July 31, 2019 Berlin – Transcendance (Album Review)
In the early 1980s, Berlin was one of the darlings of the New Wave music scene. Originating back in 1978, they were one of the first American bands of the era to do what they did, and through some struggles, their vision found them success. In fact, their 1982 single “The Metro” has long achieved classic and iconic status, and by the middle part of ’80s, the alluring band would go on to explore the more sophisticated aspects of the broad stylistic spectrum. Scoring an Academy Award and Golden Globe Award for Best Original Song for the Sophistipop ballad “Take My Breath Away,” which was included in the soundtrack of the 1986’s Top Gun, Berlin became a household name.
Now four decades since their initial formation, the on-and-off Berlin has released seven studio albums, from 1980’s Information to 2013’s Animal. Then, to the surprise of many, Lead Vocalist Terri Nunn and co-founders John Crawford (bass, synthesizer) and David Diamond (synthesizer, guitar) reunited for a new album. Slated for release on Friday, August 2nd, 2019 via Cleopatra Records, the album entitled Transcendance marks the band’s first with all three original members since 1984’s Love Life.
Consisting of ten songs in total, it opens aptly with the slow groove and undulating rhythm of “I Want You,” which exudes faint echoes of Depeche Mode’s “Precious” and Garbage’s “Stupid Girl.” The Trance/House appeal then progresses to the Dance sensibilities of “Show Me Tonight” with guest spoken words from Richard Blade that you are not going to want to miss. With intriguing song lyrics, it also goes to the deep, melodramatic Gothic, Evanescence-sounding midtempo of the title-track. Nunn then explores her Pop Rock vocal persona with the fuzzy “Lust.” Then the tempo slows down again with the synth-orchestrated “On My Knees.”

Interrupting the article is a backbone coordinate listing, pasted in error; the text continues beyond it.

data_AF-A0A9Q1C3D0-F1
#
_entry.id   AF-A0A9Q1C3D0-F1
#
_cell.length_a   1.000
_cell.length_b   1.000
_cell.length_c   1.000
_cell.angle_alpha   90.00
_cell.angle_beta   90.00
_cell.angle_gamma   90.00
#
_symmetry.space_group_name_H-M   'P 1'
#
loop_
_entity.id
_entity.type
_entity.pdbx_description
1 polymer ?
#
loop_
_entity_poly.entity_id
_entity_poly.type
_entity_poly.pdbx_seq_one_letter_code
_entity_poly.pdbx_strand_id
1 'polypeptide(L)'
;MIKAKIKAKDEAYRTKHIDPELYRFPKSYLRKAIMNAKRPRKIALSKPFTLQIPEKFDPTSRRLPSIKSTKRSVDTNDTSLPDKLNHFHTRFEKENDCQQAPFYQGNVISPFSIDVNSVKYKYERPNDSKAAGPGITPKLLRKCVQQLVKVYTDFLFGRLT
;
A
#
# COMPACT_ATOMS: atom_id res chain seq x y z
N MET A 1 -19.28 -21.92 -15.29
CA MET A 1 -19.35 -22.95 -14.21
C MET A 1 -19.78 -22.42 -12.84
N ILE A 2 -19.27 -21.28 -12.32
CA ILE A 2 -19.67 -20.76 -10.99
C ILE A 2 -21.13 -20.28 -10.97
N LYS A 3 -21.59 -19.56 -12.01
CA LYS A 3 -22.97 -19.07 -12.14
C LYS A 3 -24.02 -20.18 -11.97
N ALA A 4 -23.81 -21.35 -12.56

Keeping the sound fresh, Nunn and the rest of Berlin return the album to Dance territories as they treat their fans to an updated, re-recorded version of one of their classic singles, “Sex (I’m A…),” which soars even higher with its anthemic guitar ad lib. This is while “No One Left Alive” is another dip into Sophistipop balladry, which will remind the initiated of Berlin’s finest moment with their chart-topping “Take My Breath Away.” The ensuing “All for Love” is a slight change of style—a glaze of Reggae sensibility in the intro—but still swims in the same Dance Pop ambiance.
This is while the penultimate track, “In My Heart” swings and sways with its smooth, suave, soft, and soulful R&B-tinged mood. Finally, Nunn, Crawford, and Diamond wrap up their latest musical adventure with thy “Majesty”—a sweet and sexy single material that harks to the sentimental balladry of Pop music in the 1990s; think of Madonna’s “This Used to Be My Playground.”
Berlin’s music has always been a cut above that of many of its contemporaries primarily because it is a mix of the quirkiness and artiness of New Wave, the finesse of Sophistipop, and the commercial viability of Dance Pop. Giving it sensibilities enough to captivate various demographics, once again, Transcendance exhibits Berlin’s ability to appeal to a wide angle of enthusiasts of the broad genre. A wonderful return, Cryptic Rock gives it 4 out of 5 stars.